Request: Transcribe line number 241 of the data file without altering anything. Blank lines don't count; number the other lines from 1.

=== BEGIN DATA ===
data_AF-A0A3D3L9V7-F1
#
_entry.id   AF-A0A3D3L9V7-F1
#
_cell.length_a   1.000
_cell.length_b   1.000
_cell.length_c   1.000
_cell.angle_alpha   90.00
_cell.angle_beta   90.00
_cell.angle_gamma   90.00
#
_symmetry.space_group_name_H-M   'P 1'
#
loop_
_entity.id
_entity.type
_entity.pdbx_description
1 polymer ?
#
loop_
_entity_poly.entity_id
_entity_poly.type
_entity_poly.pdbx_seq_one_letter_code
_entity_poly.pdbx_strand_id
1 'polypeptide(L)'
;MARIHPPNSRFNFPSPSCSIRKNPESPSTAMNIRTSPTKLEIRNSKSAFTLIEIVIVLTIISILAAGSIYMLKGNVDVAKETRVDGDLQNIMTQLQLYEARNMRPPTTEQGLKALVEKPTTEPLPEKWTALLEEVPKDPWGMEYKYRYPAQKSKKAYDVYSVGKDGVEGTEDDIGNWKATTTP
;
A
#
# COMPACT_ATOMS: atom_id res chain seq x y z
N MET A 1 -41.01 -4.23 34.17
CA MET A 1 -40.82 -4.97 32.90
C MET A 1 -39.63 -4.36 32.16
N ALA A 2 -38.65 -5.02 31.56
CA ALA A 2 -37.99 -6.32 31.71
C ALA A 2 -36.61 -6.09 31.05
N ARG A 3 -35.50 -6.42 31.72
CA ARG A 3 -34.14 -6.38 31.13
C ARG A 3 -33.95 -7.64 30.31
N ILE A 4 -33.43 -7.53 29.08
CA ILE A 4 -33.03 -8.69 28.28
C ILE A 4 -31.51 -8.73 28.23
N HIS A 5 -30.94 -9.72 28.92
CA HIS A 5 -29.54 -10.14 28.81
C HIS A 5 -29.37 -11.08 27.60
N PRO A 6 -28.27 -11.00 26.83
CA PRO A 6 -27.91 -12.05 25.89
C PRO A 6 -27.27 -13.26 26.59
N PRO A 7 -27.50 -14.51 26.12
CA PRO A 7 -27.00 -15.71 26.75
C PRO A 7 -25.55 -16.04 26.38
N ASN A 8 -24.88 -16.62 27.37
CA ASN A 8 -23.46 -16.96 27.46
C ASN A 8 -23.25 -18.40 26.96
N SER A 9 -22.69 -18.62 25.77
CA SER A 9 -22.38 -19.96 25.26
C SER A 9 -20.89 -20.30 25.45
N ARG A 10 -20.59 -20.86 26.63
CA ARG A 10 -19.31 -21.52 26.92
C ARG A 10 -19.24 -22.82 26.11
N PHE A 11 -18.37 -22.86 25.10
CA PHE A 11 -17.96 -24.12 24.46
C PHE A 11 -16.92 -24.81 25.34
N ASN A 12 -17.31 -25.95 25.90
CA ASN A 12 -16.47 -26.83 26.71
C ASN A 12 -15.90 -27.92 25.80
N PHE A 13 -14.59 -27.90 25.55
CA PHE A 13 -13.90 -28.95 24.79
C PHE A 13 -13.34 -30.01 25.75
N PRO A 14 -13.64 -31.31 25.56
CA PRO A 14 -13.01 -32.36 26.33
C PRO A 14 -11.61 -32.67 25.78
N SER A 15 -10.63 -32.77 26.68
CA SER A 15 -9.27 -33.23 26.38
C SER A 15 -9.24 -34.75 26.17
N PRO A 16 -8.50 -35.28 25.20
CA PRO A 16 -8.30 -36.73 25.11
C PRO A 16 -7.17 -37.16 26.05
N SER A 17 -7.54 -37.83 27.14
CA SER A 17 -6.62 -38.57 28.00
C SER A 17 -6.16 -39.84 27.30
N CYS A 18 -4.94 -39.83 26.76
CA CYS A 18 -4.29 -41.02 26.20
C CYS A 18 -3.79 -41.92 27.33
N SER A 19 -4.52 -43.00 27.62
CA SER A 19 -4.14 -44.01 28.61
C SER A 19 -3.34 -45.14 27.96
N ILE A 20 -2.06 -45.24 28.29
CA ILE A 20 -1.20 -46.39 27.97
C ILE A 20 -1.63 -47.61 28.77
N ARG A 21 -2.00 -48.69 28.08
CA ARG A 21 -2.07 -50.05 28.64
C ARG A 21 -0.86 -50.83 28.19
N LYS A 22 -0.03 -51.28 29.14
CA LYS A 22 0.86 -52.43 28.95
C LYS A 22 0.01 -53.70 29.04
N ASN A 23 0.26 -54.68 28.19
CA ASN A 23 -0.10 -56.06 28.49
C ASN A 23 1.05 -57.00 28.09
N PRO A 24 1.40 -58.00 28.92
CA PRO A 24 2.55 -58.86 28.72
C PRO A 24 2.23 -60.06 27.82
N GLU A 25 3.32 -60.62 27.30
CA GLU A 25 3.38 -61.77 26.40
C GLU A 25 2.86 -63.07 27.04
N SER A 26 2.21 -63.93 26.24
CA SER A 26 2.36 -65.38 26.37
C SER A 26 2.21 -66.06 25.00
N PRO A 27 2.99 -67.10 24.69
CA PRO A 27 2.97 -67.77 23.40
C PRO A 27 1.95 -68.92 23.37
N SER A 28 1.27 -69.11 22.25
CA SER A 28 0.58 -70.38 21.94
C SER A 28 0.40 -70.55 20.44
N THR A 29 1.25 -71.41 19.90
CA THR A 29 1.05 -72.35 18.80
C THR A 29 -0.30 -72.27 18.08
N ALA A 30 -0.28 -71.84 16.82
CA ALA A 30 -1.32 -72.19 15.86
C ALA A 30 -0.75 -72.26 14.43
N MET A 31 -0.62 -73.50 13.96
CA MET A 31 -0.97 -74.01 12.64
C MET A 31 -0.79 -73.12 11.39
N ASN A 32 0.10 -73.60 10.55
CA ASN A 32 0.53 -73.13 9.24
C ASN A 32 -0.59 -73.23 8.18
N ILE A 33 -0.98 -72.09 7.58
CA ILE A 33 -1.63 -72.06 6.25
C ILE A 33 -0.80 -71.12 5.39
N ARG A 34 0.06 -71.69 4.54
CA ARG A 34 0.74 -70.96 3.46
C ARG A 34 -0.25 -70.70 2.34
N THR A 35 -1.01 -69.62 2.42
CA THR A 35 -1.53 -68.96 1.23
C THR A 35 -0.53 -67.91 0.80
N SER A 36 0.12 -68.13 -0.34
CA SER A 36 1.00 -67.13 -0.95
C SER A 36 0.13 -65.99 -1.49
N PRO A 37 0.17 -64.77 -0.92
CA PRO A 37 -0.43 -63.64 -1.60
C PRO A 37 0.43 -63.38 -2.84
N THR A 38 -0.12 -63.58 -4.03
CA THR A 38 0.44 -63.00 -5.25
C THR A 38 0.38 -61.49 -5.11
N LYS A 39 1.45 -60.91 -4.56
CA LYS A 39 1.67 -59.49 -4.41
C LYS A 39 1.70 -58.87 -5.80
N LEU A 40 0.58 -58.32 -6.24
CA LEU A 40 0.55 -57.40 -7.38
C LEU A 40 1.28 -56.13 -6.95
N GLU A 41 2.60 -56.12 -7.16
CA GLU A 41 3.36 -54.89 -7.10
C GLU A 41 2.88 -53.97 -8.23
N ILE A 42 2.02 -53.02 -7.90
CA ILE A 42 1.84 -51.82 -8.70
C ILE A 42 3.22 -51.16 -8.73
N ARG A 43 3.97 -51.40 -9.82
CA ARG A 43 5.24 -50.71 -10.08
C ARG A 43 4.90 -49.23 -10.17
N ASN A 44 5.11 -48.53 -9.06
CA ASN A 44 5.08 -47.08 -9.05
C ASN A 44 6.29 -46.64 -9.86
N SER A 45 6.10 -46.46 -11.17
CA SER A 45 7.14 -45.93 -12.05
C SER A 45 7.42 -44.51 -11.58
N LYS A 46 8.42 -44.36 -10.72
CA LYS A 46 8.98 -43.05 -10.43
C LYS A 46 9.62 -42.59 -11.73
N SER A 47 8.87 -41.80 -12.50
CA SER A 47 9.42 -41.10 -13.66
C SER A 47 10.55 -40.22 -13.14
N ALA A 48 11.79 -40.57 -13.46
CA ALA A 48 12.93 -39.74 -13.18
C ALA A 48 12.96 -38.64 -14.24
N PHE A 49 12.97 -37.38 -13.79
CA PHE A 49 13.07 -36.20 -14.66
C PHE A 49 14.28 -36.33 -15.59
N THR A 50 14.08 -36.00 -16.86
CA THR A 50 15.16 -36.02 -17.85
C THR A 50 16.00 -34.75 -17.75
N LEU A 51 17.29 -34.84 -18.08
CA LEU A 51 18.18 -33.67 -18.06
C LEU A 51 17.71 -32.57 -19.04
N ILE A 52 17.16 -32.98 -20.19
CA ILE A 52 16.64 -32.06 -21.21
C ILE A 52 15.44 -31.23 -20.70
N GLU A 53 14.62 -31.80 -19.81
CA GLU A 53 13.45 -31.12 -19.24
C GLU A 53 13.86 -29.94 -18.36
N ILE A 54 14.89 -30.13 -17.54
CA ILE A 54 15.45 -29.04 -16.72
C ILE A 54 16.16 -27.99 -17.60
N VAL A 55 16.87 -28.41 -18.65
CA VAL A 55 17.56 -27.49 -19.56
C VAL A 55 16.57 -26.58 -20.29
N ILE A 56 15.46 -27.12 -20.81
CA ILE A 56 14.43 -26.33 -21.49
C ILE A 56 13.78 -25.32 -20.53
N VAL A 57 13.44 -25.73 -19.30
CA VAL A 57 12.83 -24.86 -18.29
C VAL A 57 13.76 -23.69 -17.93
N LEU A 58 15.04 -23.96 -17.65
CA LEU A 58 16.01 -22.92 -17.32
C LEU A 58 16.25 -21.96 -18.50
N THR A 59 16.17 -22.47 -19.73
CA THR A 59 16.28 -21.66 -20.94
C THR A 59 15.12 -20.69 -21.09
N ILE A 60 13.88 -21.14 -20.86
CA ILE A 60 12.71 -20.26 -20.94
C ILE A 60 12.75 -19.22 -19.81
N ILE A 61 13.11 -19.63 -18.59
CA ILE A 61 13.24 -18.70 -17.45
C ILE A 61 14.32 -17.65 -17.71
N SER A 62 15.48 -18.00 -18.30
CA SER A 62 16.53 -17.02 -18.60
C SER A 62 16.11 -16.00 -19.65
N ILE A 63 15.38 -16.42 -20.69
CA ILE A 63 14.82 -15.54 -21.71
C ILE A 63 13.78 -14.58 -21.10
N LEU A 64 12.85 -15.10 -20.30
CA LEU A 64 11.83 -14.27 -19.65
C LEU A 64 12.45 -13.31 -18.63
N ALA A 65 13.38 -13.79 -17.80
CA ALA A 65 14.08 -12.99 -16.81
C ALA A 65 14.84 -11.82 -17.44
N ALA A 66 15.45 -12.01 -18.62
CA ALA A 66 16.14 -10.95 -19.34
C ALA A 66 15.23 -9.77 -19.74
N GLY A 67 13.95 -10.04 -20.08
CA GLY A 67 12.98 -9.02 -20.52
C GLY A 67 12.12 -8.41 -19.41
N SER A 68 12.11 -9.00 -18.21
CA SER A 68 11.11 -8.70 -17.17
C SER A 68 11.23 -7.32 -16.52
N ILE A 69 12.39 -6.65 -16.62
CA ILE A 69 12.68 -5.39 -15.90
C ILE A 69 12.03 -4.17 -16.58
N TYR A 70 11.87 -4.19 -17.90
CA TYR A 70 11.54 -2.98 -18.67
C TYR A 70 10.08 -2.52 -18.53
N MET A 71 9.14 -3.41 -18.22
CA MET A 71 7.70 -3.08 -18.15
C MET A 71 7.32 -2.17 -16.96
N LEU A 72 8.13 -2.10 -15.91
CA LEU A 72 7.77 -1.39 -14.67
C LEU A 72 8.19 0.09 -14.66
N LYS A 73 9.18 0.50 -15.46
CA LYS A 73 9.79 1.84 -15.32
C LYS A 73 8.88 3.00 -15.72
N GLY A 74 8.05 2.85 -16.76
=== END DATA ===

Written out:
N MET A 71 9.14 -3.41 -18.22